litigation, in 2002, it cost both Port Chester and G&S millions of
dollars. There is no doubt that the same result would occur here if I
were to grant Plaintiffs' request.
By contrast, it is unclear that Plaintiffs would suffer any harm were I
to deny their request for an injunction. Plaintiffs argue that they will
be harmed by the violation of their constitutional rights, the unlawful
taking of their property and the loss of a unique investment opportunity.
To the extent that Plaintiffs have allegedly suffered constitutional
harms due to the nature of the Condemnation, the time for them to raise
these issues was during the Article 2 proceeding. To the extent that
Plaintiffs will allegedly suffer monetary harm for the taking of their
property and the loss of an investment opportunity, Plaintiffs can
address those concerns in the Article 5 proceeding. They have a
constitutional right to just compensation and there is no reason to
believe that just compensation will not be paid.
As discussed above, the long history of this Redevelopment Project and
the litigation surrounding it, as well of the course of dealing between
the parties, indicate to me that this dispute is really nothing more than
a local land use matter, which can and should be resolved by the state
court. Eddystone Equipment and Rental Corp. v. Redevelopment
Authority of the County of Delaware
(1988 WL 52082, at *1, aff'd, 862 F.2d 307 (3d Cir. 1988)
("an injunction would require federal court involvement in local land use
decision-making, a result never intended by Congress in enacting §
1983 . . . The essentially local character of this dispute and the
availability of constitutional remedies in state court argue strongly
against federal intervention, although the action is cast as a civil
Although I have denied Plaintiffs' preliminary injunction motion
because Plaintiffs are unlikely to succeed on the merits, I note that
Younger abstention also weighs in favor of denying Plaintiffs
the remedy they seek.
C. Standard of Review
In Younger v. Harris, 401 U.S. 37, 91 S.Ct. 746 (1971), the
Supreme Court established the principle that federal courts generally
should not enjoin or interfere with ongoing state court proceedings.
Younger held, specifically, that a federal court may not enjoin
pending state court criminal proceedings absent bad faith, harassment or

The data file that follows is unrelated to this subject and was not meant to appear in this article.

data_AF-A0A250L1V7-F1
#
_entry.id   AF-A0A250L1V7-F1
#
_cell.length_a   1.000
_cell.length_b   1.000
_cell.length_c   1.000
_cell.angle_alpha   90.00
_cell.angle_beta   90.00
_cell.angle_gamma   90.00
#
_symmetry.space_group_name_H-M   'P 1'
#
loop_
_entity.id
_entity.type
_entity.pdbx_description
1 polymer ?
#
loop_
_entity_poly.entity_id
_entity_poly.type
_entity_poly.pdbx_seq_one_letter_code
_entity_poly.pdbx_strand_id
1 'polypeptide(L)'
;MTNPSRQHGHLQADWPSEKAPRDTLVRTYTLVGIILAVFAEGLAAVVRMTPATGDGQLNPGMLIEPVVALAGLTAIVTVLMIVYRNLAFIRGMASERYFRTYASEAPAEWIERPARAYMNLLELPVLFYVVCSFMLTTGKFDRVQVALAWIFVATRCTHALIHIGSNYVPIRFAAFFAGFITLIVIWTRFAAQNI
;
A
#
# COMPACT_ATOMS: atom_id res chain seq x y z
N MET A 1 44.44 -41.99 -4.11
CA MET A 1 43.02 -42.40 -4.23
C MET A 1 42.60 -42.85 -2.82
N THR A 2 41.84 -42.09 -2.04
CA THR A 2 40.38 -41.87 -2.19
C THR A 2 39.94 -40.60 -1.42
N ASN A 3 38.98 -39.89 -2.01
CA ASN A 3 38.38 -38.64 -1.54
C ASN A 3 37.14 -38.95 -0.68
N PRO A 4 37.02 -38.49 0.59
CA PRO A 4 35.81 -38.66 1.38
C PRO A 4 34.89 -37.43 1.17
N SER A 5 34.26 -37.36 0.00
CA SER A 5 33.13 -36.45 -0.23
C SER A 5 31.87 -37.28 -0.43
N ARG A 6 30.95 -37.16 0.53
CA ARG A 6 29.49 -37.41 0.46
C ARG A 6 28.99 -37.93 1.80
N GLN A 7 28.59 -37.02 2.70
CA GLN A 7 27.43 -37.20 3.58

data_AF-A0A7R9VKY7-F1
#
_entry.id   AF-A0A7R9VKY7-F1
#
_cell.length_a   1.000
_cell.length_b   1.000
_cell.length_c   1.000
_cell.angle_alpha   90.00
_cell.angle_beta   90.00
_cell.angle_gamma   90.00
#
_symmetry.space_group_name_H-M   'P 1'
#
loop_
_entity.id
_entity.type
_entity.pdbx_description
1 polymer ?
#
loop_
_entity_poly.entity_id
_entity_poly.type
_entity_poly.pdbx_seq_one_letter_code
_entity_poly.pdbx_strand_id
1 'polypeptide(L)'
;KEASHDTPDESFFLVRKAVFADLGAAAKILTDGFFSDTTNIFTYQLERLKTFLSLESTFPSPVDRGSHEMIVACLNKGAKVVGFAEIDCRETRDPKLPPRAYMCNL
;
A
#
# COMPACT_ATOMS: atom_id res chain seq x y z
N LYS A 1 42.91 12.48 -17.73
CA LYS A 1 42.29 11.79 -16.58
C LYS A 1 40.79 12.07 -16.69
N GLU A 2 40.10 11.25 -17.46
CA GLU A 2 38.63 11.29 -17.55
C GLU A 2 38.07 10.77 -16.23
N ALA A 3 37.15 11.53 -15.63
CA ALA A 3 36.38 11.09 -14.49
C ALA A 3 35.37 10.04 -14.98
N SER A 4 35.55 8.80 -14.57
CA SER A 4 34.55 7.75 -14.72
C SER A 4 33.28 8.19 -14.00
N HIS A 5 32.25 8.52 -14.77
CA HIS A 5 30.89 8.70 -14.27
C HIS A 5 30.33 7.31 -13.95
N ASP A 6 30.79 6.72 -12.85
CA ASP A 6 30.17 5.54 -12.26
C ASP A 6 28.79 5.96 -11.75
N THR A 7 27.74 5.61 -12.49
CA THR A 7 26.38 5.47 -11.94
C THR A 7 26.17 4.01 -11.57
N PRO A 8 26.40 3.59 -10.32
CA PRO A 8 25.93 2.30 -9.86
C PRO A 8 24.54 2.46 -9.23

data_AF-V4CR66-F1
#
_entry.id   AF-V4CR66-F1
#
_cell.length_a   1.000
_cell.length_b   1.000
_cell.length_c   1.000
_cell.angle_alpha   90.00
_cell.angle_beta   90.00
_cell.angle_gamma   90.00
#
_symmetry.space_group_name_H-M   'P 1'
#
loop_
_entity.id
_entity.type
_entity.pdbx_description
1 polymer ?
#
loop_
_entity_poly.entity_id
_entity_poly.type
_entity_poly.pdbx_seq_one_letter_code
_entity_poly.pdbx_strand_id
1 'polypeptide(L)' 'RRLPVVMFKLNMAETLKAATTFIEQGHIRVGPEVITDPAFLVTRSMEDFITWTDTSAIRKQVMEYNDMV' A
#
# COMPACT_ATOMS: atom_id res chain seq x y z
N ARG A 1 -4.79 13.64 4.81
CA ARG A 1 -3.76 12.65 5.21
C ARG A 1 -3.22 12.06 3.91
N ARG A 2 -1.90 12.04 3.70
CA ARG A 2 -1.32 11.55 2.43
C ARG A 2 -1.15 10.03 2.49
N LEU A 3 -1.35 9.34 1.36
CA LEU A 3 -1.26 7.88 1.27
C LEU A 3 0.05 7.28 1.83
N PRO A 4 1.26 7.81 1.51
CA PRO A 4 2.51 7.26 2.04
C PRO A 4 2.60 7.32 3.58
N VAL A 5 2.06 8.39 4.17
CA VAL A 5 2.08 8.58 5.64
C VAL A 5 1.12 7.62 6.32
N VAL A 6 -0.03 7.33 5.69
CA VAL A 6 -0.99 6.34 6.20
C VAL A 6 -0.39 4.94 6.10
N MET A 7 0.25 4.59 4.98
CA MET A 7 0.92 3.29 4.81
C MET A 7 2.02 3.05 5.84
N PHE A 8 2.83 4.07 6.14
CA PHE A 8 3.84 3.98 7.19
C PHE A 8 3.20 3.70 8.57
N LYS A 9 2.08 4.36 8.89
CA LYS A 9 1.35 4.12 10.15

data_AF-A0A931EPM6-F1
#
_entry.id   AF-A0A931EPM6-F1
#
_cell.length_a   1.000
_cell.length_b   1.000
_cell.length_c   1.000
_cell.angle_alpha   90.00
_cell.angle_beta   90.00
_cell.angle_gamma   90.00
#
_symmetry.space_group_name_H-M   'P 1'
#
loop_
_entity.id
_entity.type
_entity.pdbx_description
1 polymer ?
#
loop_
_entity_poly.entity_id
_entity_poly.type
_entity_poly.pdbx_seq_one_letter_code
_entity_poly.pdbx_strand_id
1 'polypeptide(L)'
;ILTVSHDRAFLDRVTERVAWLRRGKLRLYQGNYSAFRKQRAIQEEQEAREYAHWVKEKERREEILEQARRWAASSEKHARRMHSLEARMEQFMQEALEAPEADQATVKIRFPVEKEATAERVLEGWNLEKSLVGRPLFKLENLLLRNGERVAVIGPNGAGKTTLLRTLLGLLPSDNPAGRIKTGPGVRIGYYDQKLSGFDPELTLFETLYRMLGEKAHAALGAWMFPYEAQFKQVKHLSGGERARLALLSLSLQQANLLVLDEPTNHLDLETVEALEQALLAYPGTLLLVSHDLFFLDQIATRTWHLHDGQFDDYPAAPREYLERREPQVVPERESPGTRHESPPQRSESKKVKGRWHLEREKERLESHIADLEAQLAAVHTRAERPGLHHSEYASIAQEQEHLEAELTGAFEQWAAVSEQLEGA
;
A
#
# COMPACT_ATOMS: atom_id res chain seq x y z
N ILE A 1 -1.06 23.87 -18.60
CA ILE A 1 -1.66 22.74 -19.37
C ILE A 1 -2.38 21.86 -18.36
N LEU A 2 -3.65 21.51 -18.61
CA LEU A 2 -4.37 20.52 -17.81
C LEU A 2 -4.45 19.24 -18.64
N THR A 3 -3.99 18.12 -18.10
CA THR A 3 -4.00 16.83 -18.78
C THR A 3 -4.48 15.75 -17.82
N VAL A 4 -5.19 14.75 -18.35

other unusual circumstances calling for equitable relief.
In Middlesex County Ethics Committee v. Garden State Bar
Ass'n, 457 U.S. 423, 102 S.Ct. 2515 (1982), the Court extended the
reasoning of Younger to state administrative proceedings.
Middlesex invoked a three-prong test for abstention in
non-criminal proceedings: (1) whether the administrative proceedings
constitute ongoing state judicial proceedings; (2) whether the state
proceedings implicate important state interests; and (3) whether state
procedures are available that
allow the plaintiff to raise his federal claim in state court.
Middlesex, 457 U.S. 423, 432, 102 S.Ct. 2515, 2521 (1982). An
affirmative finding of all three factors compels a district court to
abstain unless the state proceeding was commenced in bad faith or was
filed for the purpose of harassing the plaintiff, or if other unusual
circumstances warrant the court's intervention. Middlesex, 457
U.S. at 435, 102 S.Ct. at 2523.
A district court should not abstain "where a prosecution or proceeding
has been brought to retaliate for or to deter constitutionally protected
conduct, or where a prosecution or proceeding is otherwise brought in bad
faith or for the purpose to harass." Cullen v. Fliegner,
18 F.3d 96, 103-04 (2d Cir. 1994), cert. denied sub nom., 513 U.S. 985,
115 S.Ct. 480 (1994). "In such cases, a showing of retaliatory or bad
faith prosecution establishes irreparable injury for the purposes of the
Younger doctrine, and the expectations for success of the party
bringing the action need not be relevant." Id. (citations
In this case, the state Condemnation Proceeding, which commenced on
November 6, 2003, two months before this action was filed, is an ongoing
state judicial proceedings. And the pending Condemnation Proceeding
implicates important state interests. In fact, this Court has previously
found that New York eminent domain proceedings always satisfy the first